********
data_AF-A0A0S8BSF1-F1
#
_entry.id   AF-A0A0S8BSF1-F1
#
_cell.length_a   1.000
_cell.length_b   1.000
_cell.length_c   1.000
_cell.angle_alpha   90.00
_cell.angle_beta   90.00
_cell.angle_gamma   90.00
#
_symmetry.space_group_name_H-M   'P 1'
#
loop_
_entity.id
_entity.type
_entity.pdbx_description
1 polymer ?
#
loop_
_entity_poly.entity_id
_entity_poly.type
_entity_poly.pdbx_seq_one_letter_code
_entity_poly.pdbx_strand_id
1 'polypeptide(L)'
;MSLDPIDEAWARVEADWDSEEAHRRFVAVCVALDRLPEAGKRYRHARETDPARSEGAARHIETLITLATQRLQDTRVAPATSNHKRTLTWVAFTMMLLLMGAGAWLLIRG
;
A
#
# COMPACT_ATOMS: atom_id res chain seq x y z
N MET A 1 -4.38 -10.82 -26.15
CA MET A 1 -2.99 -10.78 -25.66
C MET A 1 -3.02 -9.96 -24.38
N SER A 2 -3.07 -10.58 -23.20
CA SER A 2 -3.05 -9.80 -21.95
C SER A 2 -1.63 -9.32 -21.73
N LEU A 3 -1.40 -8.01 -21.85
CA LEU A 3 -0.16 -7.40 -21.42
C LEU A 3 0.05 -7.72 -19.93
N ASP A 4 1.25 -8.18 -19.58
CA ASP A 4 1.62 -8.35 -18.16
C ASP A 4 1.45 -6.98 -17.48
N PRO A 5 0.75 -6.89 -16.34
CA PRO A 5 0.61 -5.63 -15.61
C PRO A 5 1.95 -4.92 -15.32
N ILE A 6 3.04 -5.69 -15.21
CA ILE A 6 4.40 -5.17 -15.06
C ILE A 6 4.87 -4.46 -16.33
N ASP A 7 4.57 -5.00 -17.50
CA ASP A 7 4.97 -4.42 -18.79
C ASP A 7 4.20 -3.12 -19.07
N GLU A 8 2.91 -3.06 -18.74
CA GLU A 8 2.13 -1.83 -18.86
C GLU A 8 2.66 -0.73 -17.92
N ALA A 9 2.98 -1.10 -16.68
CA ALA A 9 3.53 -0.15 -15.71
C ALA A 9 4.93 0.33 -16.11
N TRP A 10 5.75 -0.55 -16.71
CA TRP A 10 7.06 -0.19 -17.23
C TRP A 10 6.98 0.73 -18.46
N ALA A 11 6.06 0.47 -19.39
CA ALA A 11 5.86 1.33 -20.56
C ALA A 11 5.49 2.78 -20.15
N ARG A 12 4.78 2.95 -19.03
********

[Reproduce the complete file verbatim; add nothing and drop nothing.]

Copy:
data_AF-A0A0S8BSF1-F1
#
_entry.id   AF-A0A0S8BSF1-F1
#
_cell.length_a   1.000
_cell.length_b   1.000
_cell.length_c   1.000
_cell.angle_alpha   90.00
_cell.angle_beta   90.00
_cell.angle_gamma   90.00
#
_symmetry.space_group_name_H-M   'P 1'
#
loop_
_entity.id
_entity.type
_entity.pdbx_description
1 polymer ?
#
loop_
_entity_poly.entity_id
_entity_poly.type
_entity_poly.pdbx_seq_one_letter_code
_entity_poly.pdbx_strand_id
1 'polypeptide(L)'
;MSLDPIDEAWARVEADWDSEEAHRRFVAVCVALDRLPEAGKRYRHARETDPARSEGAARHIETLITLATQRLQDTRVAPATSNHKRTLTWVAFTMMLLLMGAGAWLLIRG
;
A
#
# COMPACT_ATOMS: atom_id res chain seq x y z
N MET A 1 -4.38 -10.82 -26.15
CA MET A 1 -2.99 -10.78 -25.66
C MET A 1 -3.02 -9.96 -24.38
N SER A 2 -3.07 -10.58 -23.20
CA SER A 2 -3.05 -9.80 -21.95
C SER A 2 -1.63 -9.32 -21.73
N LEU A 3 -1.40 -8.01 -21.85
CA LEU A 3 -0.16 -7.40 -21.42
C LEU A 3 0.05 -7.72 -19.93
N ASP A 4 1.25 -8.18 -19.58
CA ASP A 4 1.62 -8.35 -18.16
C ASP A 4 1.45 -6.98 -17.48
N PRO A 5 0.75 -6.89 -16.34
CA PRO A 5 0.61 -5.63 -15.61
C PRO A 5 1.95 -4.92 -15.32
N ILE A 6 3.04 -5.69 -15.21
CA ILE A 6 4.40 -5.17 -15.06
C ILE A 6 4.87 -4.46 -16.33
N ASP A 7 4.57 -5.00 -17.50
CA ASP A 7 4.97 -4.42 -18.79
C ASP A 7 4.20 -3.12 -19.07
N GLU A 8 2.91 -3.06 -18.74
CA GLU A 8 2.13 -1.83 -18.86
C GLU A 8 2.66 -0.73 -17.92
N ALA A 9 2.98 -1.10 -16.68
CA ALA A 9 3.53 -0.15 -15.71
C ALA A 9 4.93 0.33 -16.11
N TRP A 10 5.75 -0.55 -16.71
CA TRP A 10 7.06 -0.19 -17.23
C TRP A 10 6.98 0.73 -18.46
N ALA A 11 6.06 0.47 -19.39
CA ALA A 11 5.86 1.33 -20.56
C ALA A 11 5.49 2.78 -20.15
N ARG A 12 4.78 2.95 -19.03